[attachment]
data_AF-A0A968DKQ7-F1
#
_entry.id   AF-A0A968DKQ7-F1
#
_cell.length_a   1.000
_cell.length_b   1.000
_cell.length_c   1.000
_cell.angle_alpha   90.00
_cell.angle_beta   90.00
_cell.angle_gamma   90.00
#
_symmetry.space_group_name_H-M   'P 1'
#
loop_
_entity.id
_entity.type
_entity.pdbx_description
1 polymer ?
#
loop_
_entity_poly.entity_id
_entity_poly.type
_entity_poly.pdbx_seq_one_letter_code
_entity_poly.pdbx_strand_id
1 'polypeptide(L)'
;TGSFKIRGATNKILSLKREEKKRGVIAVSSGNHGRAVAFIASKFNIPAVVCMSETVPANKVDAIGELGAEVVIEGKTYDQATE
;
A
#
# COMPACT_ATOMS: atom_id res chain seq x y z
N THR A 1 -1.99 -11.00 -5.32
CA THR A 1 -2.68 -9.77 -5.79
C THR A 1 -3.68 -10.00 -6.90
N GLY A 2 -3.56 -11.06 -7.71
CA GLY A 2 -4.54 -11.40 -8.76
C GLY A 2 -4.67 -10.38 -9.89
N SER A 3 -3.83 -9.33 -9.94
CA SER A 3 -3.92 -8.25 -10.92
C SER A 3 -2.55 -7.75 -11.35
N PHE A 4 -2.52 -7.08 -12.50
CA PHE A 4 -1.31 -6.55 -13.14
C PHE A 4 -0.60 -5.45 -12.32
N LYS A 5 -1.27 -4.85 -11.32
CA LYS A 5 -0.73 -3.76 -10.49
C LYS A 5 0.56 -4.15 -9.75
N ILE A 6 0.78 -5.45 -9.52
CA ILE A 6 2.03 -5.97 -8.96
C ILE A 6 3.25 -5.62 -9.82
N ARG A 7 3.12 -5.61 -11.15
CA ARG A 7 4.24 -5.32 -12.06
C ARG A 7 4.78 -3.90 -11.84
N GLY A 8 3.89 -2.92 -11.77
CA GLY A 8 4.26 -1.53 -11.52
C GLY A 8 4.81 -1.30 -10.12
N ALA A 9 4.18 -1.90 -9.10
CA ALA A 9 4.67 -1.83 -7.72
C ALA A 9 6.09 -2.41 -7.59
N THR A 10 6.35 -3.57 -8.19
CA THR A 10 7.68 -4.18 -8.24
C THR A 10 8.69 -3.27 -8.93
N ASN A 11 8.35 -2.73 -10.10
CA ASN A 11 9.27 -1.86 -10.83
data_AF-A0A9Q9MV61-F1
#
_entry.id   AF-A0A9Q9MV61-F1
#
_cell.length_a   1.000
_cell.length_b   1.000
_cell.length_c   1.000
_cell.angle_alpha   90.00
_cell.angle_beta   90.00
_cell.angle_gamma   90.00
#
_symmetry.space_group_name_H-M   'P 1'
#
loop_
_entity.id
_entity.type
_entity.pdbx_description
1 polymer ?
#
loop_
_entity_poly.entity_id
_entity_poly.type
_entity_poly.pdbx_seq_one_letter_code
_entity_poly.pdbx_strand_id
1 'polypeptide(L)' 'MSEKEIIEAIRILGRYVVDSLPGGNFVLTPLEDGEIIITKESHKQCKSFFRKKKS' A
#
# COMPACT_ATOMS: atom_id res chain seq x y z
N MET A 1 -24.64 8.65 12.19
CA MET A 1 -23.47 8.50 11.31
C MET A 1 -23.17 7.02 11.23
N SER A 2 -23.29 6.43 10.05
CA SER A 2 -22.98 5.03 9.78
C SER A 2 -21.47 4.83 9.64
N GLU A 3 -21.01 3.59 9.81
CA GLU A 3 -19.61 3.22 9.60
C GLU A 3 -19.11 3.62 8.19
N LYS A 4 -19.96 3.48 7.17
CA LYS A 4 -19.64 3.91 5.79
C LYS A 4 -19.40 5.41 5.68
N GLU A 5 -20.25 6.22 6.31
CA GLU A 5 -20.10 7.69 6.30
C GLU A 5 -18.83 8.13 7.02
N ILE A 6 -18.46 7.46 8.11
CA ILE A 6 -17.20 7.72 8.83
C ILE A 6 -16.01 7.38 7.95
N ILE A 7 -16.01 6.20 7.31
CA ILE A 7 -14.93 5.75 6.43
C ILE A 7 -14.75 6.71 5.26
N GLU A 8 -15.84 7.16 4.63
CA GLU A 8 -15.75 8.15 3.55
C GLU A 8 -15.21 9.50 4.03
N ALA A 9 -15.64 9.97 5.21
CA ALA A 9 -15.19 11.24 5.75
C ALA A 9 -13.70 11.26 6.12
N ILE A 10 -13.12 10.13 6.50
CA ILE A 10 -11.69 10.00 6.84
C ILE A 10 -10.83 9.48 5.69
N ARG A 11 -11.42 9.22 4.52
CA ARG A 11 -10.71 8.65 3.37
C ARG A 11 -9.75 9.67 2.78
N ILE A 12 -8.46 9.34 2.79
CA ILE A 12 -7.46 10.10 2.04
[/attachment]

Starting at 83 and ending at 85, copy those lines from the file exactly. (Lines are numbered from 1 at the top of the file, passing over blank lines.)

_entity_poly.entity_id
_entity_poly.type
_entity_poly.pdbx_seq_one_letter_code